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Death toll from Indonesia quake nears to almost 2,000

JAKARTA: Nearly 2,000 bodies have been recovered from Indonesia’s disaster-ravaged Palu city, an official said Monday, as the search for victims ended at a hotel destroyed in the powerful earthquake and tsunami.

The death toll from the twin disaster on Sulawesi island that erased whole suburbs in Palu has reached 1,944, said local military spokesman M. Thohir.

“That number is expected to rise, because we have not received orders to halt the search for bodies,” Thohir, who is also a member of the government’s official Palu quake taskforce, told AFP.

Authorities have said as many as 5,000 are believed missing in two hard-hit areas since the September 28 disaster — indicating far more may have perished than the current toll.

The disaster agency said the official search for the unaccounted would continue until October 11 at which point they would be listed as missing, presumed dead.

“The SAR (search and rescue) operation at Hotel Roa-Roa has ended, because we have searched the entire hotel and have not found any more victims,” Bambang Suryo, SAR field director in Palu, told AFP.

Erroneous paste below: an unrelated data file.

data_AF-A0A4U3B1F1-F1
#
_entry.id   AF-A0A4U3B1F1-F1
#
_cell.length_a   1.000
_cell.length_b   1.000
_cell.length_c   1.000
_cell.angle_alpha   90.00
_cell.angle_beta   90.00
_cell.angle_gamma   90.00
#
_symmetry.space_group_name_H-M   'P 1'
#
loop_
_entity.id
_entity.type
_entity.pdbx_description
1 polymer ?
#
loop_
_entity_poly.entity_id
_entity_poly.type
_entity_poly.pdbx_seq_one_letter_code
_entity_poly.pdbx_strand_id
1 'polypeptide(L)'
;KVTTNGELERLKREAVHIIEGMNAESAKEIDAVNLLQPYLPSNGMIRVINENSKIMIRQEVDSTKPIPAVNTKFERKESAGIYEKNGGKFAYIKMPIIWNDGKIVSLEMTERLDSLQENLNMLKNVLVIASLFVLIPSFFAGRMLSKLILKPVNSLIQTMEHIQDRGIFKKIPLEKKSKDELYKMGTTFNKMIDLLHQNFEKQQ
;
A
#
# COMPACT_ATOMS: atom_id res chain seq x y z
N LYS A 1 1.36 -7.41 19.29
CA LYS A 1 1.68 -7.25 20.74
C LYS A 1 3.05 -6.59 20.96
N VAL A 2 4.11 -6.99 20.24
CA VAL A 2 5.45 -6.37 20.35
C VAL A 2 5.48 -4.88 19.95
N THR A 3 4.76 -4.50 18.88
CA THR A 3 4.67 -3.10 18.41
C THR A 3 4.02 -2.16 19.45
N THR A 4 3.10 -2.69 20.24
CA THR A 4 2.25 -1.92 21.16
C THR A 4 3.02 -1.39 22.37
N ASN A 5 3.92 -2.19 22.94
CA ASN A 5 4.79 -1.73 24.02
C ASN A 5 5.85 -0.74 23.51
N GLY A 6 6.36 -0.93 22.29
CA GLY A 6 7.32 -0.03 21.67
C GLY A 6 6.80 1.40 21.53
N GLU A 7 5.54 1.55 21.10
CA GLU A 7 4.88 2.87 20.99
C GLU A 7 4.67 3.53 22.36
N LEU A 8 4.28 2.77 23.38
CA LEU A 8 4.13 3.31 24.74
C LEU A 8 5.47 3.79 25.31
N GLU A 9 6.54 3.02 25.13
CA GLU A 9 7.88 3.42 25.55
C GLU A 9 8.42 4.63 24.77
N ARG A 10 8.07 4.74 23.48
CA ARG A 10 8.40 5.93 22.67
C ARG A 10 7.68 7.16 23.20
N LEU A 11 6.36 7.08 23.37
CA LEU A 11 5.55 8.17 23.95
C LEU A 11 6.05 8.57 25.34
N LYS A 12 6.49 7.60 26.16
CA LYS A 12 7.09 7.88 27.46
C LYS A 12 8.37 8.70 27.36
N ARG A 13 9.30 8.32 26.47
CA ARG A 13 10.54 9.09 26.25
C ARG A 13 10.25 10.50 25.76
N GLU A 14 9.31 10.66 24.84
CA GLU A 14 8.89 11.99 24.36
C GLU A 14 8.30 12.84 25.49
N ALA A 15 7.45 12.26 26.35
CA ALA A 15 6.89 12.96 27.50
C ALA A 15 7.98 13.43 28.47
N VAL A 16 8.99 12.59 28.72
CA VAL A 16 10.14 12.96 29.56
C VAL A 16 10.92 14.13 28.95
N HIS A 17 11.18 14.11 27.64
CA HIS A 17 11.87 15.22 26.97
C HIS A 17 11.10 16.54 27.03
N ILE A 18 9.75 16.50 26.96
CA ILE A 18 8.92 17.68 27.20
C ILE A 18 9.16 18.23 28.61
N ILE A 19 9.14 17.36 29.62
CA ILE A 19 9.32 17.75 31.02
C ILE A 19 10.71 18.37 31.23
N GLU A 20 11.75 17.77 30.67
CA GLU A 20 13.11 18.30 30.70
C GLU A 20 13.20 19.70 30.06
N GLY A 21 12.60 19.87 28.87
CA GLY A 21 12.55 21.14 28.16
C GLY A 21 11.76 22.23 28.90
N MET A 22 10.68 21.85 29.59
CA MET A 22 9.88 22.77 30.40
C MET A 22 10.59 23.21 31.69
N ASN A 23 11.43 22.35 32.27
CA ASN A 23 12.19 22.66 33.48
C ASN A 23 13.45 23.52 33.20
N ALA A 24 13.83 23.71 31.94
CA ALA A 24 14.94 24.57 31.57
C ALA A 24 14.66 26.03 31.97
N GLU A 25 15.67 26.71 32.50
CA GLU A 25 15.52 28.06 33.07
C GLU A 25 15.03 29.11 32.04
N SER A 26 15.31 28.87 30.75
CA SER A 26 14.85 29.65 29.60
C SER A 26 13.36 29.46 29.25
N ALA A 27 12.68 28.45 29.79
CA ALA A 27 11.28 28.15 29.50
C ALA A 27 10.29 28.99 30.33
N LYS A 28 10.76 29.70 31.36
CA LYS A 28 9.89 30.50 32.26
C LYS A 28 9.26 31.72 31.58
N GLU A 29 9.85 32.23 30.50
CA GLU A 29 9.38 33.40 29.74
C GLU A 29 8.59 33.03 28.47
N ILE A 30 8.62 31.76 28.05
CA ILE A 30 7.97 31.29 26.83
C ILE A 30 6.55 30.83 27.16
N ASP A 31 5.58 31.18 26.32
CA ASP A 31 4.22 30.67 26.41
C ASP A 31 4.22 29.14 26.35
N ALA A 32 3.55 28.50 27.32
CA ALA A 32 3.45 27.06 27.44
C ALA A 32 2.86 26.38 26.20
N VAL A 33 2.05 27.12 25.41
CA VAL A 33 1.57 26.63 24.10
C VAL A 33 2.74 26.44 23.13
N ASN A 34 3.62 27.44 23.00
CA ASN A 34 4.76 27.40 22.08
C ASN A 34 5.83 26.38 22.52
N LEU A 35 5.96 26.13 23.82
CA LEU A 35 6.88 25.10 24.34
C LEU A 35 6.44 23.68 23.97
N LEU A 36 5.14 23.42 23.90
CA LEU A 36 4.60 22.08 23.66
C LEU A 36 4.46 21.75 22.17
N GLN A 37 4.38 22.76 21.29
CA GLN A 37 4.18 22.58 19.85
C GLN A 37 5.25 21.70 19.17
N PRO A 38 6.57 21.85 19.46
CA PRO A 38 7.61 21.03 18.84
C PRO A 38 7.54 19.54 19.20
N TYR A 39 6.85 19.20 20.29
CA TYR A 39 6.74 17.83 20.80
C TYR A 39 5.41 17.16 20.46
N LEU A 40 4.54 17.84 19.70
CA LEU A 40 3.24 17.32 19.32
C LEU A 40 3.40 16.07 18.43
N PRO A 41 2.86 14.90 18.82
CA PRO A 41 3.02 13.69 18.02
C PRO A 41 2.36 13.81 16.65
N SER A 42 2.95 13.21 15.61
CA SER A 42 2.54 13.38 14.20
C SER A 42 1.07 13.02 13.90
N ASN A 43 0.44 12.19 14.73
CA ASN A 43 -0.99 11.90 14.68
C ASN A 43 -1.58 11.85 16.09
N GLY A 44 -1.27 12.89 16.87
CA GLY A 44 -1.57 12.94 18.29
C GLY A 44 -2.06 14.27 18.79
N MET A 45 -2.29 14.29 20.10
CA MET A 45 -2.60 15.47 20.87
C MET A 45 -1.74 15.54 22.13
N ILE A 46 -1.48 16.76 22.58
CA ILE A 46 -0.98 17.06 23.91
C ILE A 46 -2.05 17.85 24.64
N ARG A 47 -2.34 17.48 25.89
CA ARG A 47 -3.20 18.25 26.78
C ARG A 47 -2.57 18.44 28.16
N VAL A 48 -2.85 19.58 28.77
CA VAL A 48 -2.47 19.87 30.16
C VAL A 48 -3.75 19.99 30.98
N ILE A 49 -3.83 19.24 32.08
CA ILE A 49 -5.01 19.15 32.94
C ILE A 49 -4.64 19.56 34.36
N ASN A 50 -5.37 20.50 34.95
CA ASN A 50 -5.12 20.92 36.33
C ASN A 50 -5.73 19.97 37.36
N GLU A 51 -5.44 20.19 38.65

Agus Haryono, another SAR official at the scene who confirmed the search was off, said 27 bodies were recovered from the hotel including three pulled from the debris Sunday.

Among the confirmed dead were five paragliders in Palu for a competition, including an Asian Games athlete and a South Korean, the only known foreign victim in the disaster.

The government has said some flattened areas will be declared as mass graves, and left untouched.

Balaroa resident Sarjono agreed with sealing off the obliterated neighbourhood where vast numbers of bodies are believed trapped beneath the ruins.

“When we can no longer do it ourselves, we leave it to Allah.”

Excavators and rescuers combed Balaroa on Monday, where a massive government housing complex was all but swallowed up by the disaster.

Relief efforts have escalated to assist 200,000 people in desperate need. Food and clean water remain in short supply, and many are dependent entirely on handouts to survive.

Helicopters have been running supply drops to more isolated communities outside Palu, where the full extent of the damage is still not entirely clear.

The Red Cross said Monday it had treated more than 1,800 people at clinics and administered first aid to a similar number in the immediate disaster zone.

Indonesia sits along the world’s most tectonically active region, and its 260 million people are vulnerable to earthquakes, tsunamis and volcanic eruptions.

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